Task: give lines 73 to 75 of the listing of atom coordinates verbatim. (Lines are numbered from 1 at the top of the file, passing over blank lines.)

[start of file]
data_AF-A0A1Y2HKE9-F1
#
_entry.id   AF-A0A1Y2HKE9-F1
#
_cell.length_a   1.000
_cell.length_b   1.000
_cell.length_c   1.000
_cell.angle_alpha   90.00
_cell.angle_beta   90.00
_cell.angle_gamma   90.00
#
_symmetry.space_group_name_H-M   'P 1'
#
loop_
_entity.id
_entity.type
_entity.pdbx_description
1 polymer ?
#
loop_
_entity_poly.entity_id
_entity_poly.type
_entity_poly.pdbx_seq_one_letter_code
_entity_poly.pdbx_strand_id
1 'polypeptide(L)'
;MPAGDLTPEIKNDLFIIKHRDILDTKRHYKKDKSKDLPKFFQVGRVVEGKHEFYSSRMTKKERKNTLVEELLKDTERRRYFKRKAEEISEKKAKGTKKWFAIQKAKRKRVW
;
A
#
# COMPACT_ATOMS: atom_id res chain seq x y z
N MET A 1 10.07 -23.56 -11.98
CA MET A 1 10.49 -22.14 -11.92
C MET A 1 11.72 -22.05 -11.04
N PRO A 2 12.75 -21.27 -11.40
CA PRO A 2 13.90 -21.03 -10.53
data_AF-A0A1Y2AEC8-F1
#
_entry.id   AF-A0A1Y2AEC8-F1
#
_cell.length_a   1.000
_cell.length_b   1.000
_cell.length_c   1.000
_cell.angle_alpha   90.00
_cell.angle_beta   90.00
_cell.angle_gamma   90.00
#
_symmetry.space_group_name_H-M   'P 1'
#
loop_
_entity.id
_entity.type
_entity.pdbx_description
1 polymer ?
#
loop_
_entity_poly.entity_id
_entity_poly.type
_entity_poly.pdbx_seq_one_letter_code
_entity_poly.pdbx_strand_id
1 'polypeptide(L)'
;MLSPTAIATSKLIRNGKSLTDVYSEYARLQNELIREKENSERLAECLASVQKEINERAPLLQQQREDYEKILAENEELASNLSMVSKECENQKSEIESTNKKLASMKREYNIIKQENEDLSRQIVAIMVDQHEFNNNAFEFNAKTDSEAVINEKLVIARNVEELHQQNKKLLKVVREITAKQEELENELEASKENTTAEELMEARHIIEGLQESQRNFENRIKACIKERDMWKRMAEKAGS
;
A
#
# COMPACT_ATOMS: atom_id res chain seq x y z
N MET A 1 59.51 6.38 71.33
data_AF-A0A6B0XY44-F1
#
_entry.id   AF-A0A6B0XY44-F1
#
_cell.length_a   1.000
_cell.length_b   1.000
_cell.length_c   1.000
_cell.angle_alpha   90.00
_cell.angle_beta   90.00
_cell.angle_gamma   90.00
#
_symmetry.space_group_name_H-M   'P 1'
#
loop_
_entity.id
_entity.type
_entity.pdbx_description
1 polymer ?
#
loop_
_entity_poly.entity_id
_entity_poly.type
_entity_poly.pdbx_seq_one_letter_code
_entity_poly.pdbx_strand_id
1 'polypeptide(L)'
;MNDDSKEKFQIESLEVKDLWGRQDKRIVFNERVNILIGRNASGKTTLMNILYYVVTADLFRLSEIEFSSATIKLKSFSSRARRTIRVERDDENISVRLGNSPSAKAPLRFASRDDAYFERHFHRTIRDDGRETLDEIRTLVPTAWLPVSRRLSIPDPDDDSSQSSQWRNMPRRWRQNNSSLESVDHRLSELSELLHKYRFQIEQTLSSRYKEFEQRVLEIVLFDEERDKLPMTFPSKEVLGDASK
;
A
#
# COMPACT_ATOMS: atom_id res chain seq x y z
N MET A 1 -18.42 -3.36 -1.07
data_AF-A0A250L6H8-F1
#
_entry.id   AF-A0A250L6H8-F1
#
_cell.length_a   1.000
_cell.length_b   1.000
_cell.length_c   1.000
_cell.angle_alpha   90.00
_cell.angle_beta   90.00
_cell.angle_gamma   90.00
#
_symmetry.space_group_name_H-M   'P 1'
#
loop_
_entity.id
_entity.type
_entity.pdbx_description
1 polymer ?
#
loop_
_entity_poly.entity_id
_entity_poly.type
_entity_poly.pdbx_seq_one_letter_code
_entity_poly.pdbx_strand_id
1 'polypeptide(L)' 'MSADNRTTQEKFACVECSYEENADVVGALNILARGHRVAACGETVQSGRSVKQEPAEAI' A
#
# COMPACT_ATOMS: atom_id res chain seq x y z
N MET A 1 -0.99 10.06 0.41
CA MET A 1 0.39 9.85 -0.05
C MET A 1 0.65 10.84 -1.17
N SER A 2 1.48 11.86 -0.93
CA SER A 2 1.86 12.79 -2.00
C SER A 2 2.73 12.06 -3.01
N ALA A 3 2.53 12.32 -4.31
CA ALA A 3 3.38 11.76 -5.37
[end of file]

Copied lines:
_cell.length_c   1.000
_cell.angle_alpha   90.00
_cell.angle_beta   90.00